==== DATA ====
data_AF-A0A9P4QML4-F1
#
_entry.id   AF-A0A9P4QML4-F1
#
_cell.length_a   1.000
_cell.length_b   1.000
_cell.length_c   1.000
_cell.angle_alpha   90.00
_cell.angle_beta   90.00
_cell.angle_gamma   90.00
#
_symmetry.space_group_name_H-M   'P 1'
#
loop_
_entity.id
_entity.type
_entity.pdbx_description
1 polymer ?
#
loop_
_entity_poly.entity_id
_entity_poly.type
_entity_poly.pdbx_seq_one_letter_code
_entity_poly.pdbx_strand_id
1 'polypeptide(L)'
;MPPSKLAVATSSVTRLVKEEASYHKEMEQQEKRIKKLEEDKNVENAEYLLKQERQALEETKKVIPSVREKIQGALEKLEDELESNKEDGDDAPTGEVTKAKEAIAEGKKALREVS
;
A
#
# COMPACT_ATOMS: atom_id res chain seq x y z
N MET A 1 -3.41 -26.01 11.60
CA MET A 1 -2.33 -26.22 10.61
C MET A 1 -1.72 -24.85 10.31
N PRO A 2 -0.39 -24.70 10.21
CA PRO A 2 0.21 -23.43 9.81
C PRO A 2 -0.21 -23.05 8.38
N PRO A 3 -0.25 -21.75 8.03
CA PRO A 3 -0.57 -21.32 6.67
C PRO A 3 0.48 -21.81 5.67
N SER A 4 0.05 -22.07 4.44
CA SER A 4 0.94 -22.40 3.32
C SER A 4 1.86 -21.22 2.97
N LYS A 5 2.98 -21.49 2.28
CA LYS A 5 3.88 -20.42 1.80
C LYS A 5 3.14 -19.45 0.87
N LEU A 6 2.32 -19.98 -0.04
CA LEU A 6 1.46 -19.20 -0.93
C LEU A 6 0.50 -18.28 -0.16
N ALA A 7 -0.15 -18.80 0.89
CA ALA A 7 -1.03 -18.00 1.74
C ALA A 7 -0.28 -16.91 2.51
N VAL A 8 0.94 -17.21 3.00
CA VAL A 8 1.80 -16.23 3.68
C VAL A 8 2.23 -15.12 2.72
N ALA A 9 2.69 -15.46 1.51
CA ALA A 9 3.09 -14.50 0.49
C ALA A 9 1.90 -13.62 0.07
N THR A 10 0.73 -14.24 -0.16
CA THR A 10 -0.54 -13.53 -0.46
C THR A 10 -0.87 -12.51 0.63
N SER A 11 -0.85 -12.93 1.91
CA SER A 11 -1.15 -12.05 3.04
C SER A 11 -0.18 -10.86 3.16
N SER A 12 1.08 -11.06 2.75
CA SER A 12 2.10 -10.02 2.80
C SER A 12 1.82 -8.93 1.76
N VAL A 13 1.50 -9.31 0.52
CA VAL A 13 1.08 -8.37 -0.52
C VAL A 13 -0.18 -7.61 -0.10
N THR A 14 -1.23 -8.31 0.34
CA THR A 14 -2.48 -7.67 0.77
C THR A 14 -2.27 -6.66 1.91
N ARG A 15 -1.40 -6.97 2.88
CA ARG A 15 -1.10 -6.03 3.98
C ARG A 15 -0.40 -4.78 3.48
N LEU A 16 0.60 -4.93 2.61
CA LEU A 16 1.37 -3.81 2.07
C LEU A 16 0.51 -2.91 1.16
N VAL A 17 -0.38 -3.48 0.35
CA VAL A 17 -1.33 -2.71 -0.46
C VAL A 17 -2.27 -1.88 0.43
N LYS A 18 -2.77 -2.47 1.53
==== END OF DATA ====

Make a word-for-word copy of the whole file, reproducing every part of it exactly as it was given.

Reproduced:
data_AF-A0A9P4QML4-F1
#
_entry.id   AF-A0A9P4QML4-F1
#
_cell.length_a   1.000
_cell.length_b   1.000
_cell.length_c   1.000
_cell.angle_alpha   90.00
_cell.angle_beta   90.00
_cell.angle_gamma   90.00
#
_symmetry.space_group_name_H-M   'P 1'
#
loop_
_entity.id
_entity.type
_entity.pdbx_description
1 polymer ?
#
loop_
_entity_poly.entity_id
_entity_poly.type
_entity_poly.pdbx_seq_one_letter_code
_entity_poly.pdbx_strand_id
1 'polypeptide(L)'
;MPPSKLAVATSSVTRLVKEEASYHKEMEQQEKRIKKLEEDKNVENAEYLLKQERQALEETKKVIPSVREKIQGALEKLEDELESNKEDGDDAPTGEVTKAKEAIAEGKKALREVS
;
A
#
# COMPACT_ATOMS: atom_id res chain seq x y z
N MET A 1 -3.41 -26.01 11.60
CA MET A 1 -2.33 -26.22 10.61
C MET A 1 -1.72 -24.85 10.31
N PRO A 2 -0.39 -24.70 10.21
CA PRO A 2 0.21 -23.43 9.81
C PRO A 2 -0.21 -23.05 8.38
N PRO A 3 -0.25 -21.75 8.03
CA PRO A 3 -0.57 -21.32 6.67
C PRO A 3 0.48 -21.81 5.67
N SER A 4 0.05 -22.07 4.44
CA SER A 4 0.94 -22.40 3.32
C SER A 4 1.86 -21.22 2.97
N LYS A 5 2.98 -21.49 2.28
CA LYS A 5 3.88 -20.42 1.80
C LYS A 5 3.14 -19.45 0.87
N LEU A 6 2.32 -19.98 -0.04
CA LEU A 6 1.46 -19.20 -0.93
C LEU A 6 0.50 -18.28 -0.16
N ALA A 7 -0.15 -18.80 0.89
CA ALA A 7 -1.03 -18.00 1.74
C ALA A 7 -0.28 -16.91 2.51
N VAL A 8 0.94 -17.21 3.00
CA VAL A 8 1.80 -16.23 3.68
C VAL A 8 2.23 -15.12 2.72
N ALA A 9 2.69 -15.46 1.51
CA ALA A 9 3.09 -14.50 0.49
C ALA A 9 1.90 -13.62 0.07
N THR A 10 0.73 -14.24 -0.16
CA THR A 10 -0.54 -13.53 -0.46
C THR A 10 -0.87 -12.51 0.63
N SER A 11 -0.85 -12.93 1.91
CA SER A 11 -1.15 -12.05 3.04
C SER A 11 -0.18 -10.86 3.16
N SER A 12 1.08 -11.06 2.75
CA SER A 12 2.10 -10.02 2.80
C SER A 12 1.82 -8.93 1.76
N VAL A 13 1.50 -9.31 0.52
CA VAL A 13 1.08 -8.37 -0.52
C VAL A 13 -0.18 -7.61 -0.10
N THR A 14 -1.23 -8.31 0.34
CA THR A 14 -2.48 -7.67 0.77
C THR A 14 -2.27 -6.66 1.91
N ARG A 15 -1.40 -6.97 2.88
CA ARG A 15 -1.10 -6.03 3.98
C ARG A 15 -0.40 -4.78 3.48
N LEU A 16 0.60 -4.93 2.61
CA LEU A 16 1.37 -3.81 2.07
C LEU A 16 0.51 -2.91 1.16
N VAL A 17 -0.38 -3.48 0.35
CA VAL A 17 -1.33 -2.71 -0.46
C VAL A 17 -2.27 -1.88 0.43
N LYS A 18 -2.77 -2.47 1.53